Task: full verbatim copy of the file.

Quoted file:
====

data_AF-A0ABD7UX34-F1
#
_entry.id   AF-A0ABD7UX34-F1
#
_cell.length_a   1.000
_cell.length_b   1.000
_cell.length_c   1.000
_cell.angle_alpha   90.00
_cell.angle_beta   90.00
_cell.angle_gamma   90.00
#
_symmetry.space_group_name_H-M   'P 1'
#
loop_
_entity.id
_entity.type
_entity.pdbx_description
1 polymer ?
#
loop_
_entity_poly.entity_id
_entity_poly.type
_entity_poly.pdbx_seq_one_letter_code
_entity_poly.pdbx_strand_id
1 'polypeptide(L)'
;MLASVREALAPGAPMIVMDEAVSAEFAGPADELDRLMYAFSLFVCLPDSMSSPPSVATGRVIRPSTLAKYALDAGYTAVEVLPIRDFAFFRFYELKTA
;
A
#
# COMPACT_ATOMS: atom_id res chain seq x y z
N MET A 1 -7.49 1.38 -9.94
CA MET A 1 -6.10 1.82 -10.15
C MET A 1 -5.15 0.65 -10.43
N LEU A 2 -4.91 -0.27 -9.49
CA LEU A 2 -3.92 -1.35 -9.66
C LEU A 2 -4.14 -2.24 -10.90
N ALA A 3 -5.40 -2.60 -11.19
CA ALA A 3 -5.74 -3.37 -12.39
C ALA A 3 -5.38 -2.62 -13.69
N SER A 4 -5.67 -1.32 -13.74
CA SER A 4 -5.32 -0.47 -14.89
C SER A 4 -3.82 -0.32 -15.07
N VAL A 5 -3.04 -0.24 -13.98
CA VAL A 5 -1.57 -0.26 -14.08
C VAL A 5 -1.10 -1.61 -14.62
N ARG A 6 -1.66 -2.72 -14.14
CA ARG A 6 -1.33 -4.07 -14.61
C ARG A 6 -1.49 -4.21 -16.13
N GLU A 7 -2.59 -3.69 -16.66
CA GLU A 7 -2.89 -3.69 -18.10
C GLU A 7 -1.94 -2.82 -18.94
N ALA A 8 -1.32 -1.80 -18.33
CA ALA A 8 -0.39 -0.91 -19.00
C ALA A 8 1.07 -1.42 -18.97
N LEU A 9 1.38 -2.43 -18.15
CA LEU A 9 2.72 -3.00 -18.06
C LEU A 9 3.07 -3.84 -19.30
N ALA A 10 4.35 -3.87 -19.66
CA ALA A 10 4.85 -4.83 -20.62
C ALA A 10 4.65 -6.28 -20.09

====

data_AF-A0ABD7UX34-F1
#
_entry.id   AF-A0ABD7UX34-F1
#
_cell.length_a   1.000
_cell.length_b   1.000
_cell.length_c   1.000
_cell.angle_alpha   90.00
_cell.angle_beta   90.00
_cell.angle_gamma   90.00
#
_symmetry.space_group_name_H-M   'P 1'
#
loop_
_entity.id
_entity.type
_entity.pdbx_description
1 polymer ?
#
loop_
_entity_poly.entity_id
_entity_poly.type
_entity_poly.pdbx_seq_one_letter_code
_entity_poly.pdbx_strand_id
1 'polypeptide(L)'
;MLASVREALAPGAPMIVMDEAVSAEFAGPADELDRLMYAFSLFVCLPDSMSSPPSVATGRVIRPSTLAKYALDAGYTAVEVLPIRDFAFFRFYELKTA
;
A
#
# COMPACT_ATOMS: atom_id res chain seq x y z
N MET A 1 -7.49 1.38 -9.94
CA MET A 1 -6.10 1.82 -10.15
C MET A 1 -5.15 0.65 -10.43
N LEU A 2 -4.91 -0.27 -9.49
CA LEU A 2 -3.92 -1.35 -9.66
C LEU A 2 -4.14 -2.24 -10.90
N ALA A 3 -5.40 -2.60 -11.19
CA ALA A 3 -5.74 -3.37 -12.39
C ALA A 3 -5.38 -2.62 -13.69
N SER A 4 -5.67 -1.32 -13.74
CA SER A 4 -5.32 -0.47 -14.89
C SER A 4 -3.82 -0.32 -15.07
N VAL A 5 -3.04 -0.24 -13.98
CA VAL A 5 -1.57 -0.26 -14.08
C VAL A 5 -1.10 -1.61 -14.62
N ARG A 6 -1.66 -2.72 -14.14
CA ARG A 6 -1.33 -4.07 -14.61
C ARG A 6 -1.49 -4.21 -16.13
N GLU A 7 -2.59 -3.69 -16.66
CA GLU A 7 -2.89 -3.69 -18.10
C GLU A 7 -1.94 -2.82 -18.94
N ALA A 8 -1.32 -1.80 -18.33
CA ALA A 8 -0.39 -0.91 -19.00
C ALA A 8 1.07 -1.42 -18.97
N LEU A 9 1.38 -2.43 -18.15
CA LEU A 9 2.72 -3.00 -18.06
C LEU A 9 3.07 -3.84 -19.30
N ALA A 10 4.35 -3.87 -19.66
CA ALA A 10 4.85 -4.83 -20.62
C ALA A 10 4.65 -6.28 -20.09